Otherwise, landbirds were generally diverse and numerous. A Yellow-bellied Sapsucker (seen by Ric and Jim) was new for the CBC, and three Red-headed Woodpeckers (seen by Feller and Carol) were the first since 2011. Consequently, for the first time in the history of the Wastewater CBC, every possible woodpecker species was recorded. Moreover, 8 Pileated Woodpeckers tied the previous high count. An unusually high tally was also obtained for White-breasted Nuthatch (41); 13 Golden-crowned Kinglets established a new record; and 6,741 European Starlings crushed all previous totals. Other highlights were Snowy Owl and Common Raven (found by Jill and Marc), and Red-shouldered Hawk (by Ken and Glenda).

The diversity of warm-weather residuals are nearly as important as waterbird variety in securing a high species total. The 2016 CBC was very good in this regard. Two Winter Wrens at MSGA doubled our previous high count; MSGA also produced one American Robin and one Swamp Sparrow; one White-throated Sparrow was discovered by Ken and Glenda; I was able to find Yellow-rumped Warblers for the 11th time in the last 14 years; a male Eastern Towhee gave us another new species for the Wastewater CBC; 4 Eastern Bluebirds and 1 Song Sparrow rounded out the lingering passerines.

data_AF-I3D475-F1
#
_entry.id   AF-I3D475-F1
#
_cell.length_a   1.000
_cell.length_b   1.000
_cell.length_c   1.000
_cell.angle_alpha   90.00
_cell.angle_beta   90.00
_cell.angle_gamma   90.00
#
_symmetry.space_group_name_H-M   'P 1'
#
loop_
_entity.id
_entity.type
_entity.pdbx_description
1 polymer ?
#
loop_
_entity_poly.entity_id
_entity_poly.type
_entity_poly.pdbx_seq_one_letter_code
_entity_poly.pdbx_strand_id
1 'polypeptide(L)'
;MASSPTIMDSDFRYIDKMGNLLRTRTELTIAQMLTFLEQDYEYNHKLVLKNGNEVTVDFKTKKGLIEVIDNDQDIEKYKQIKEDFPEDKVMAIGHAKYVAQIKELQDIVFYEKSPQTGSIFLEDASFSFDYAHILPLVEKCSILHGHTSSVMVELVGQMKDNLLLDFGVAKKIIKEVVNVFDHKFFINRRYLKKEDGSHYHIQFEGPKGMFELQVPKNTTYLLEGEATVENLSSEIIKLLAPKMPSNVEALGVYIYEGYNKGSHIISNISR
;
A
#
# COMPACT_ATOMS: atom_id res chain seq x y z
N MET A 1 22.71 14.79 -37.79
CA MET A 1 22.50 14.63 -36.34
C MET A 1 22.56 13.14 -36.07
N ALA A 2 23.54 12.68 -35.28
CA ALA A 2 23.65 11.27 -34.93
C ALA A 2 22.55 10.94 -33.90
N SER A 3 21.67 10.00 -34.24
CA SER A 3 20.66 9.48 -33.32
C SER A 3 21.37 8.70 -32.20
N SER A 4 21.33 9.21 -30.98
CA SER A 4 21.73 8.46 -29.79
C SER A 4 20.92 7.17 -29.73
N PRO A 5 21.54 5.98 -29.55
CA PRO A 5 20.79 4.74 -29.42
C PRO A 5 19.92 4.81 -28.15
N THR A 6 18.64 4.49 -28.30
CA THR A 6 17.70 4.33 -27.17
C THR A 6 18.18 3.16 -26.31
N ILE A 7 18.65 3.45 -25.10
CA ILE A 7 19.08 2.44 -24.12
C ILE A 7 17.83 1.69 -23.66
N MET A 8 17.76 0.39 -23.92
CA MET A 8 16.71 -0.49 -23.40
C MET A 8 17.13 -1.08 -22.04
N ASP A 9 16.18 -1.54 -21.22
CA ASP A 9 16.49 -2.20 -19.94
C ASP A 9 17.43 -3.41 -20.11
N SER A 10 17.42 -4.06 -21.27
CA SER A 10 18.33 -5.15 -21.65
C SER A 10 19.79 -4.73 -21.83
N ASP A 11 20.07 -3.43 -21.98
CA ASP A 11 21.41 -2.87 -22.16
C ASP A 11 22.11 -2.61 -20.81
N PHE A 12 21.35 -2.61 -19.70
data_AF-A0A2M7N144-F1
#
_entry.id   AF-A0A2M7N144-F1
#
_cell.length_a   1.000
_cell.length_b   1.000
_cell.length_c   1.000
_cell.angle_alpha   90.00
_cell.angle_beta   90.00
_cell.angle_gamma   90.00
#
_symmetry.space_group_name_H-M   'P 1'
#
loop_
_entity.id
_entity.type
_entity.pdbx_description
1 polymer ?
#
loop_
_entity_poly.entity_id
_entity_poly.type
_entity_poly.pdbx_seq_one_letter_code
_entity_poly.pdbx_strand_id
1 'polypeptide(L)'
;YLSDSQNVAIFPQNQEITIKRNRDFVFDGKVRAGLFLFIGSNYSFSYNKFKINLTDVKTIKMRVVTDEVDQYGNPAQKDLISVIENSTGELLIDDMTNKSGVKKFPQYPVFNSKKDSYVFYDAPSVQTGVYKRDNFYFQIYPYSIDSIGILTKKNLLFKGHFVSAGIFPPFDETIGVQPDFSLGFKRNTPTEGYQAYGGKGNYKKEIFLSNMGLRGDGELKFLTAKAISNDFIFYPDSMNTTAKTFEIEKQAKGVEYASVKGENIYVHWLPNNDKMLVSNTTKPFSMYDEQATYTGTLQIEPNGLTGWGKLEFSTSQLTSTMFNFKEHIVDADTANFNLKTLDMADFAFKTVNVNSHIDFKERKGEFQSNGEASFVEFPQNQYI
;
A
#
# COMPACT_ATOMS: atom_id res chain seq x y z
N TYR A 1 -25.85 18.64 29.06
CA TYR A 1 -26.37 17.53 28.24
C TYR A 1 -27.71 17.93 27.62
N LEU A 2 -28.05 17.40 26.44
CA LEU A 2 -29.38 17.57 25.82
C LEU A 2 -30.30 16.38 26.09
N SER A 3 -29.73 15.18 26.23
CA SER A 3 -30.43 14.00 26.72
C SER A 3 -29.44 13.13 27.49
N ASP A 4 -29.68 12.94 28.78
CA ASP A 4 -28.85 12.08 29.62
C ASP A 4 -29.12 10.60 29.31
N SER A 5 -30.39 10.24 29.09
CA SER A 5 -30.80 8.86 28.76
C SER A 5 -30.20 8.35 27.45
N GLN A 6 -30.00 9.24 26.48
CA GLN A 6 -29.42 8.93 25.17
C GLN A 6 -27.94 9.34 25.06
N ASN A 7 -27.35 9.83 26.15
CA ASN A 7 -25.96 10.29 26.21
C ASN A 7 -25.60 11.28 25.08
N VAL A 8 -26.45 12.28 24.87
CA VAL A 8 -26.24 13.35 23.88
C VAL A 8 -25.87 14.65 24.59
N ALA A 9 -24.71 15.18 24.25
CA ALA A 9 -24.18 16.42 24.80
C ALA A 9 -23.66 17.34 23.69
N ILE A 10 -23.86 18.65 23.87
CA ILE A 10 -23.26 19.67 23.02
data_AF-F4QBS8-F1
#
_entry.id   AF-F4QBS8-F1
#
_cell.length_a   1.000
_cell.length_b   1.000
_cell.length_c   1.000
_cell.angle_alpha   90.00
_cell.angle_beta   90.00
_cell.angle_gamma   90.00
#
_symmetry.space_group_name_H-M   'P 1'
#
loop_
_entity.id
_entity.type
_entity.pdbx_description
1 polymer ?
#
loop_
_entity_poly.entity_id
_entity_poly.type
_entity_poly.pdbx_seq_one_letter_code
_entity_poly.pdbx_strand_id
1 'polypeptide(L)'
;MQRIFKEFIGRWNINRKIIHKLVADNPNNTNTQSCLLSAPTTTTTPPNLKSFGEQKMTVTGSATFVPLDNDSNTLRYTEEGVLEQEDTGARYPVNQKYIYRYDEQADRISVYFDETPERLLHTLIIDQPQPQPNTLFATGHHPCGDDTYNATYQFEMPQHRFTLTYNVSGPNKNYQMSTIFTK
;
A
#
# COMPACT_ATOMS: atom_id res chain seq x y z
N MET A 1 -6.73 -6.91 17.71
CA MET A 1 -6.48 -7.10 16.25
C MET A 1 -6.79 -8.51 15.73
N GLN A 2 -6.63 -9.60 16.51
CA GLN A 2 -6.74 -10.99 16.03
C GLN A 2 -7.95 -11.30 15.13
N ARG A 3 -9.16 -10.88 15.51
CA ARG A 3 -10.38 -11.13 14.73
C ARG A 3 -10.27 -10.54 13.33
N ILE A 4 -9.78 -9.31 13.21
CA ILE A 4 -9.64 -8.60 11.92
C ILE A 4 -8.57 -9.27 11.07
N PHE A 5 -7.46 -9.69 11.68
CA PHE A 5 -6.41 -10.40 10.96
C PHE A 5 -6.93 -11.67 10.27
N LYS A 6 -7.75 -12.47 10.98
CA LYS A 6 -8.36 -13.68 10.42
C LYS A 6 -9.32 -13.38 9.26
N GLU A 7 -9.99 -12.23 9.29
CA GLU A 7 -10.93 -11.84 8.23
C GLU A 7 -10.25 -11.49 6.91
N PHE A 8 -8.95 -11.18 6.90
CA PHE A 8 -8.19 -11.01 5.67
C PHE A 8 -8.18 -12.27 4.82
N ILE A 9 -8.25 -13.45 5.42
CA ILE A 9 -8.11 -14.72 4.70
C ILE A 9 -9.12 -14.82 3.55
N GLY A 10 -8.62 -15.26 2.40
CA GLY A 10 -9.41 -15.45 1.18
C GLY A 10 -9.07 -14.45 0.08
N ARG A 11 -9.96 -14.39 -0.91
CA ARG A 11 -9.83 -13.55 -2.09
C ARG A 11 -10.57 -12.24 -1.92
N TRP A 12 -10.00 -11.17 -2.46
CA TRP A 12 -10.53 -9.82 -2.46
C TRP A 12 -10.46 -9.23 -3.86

With the addition of the sapsucker and towhee, the cumulative species total for the Muskegon Wastewater CBC increases to 113. Twenty-five species have been seen on every count, and 36 have been seen on at least 14 (82%) CBC's. Significant misses this year (birds seen on more than half of all past CBC's) were Northern Shoveler, Green-winged Teal, Ring-necked Pheasant, Northern Harrier, Cooper's Hawk, Northern Shrike, Horned Lark, and Red-breasted Nuthatch.

Here is the complete list from the 2016 CBC:

Canada Goose - 994 (median 1719)
Mute Swan - 4 (median 1; seen on 10 of last 17 CBC's)
Wood Duck - 1 (second CBC record)
Gadwall - 32 (median 58)
American Black Duck - 4 (median 106)
Mallard - 530 (median 403)
Northern Pintail - 1 (seen on 5 of last 17 CBC's)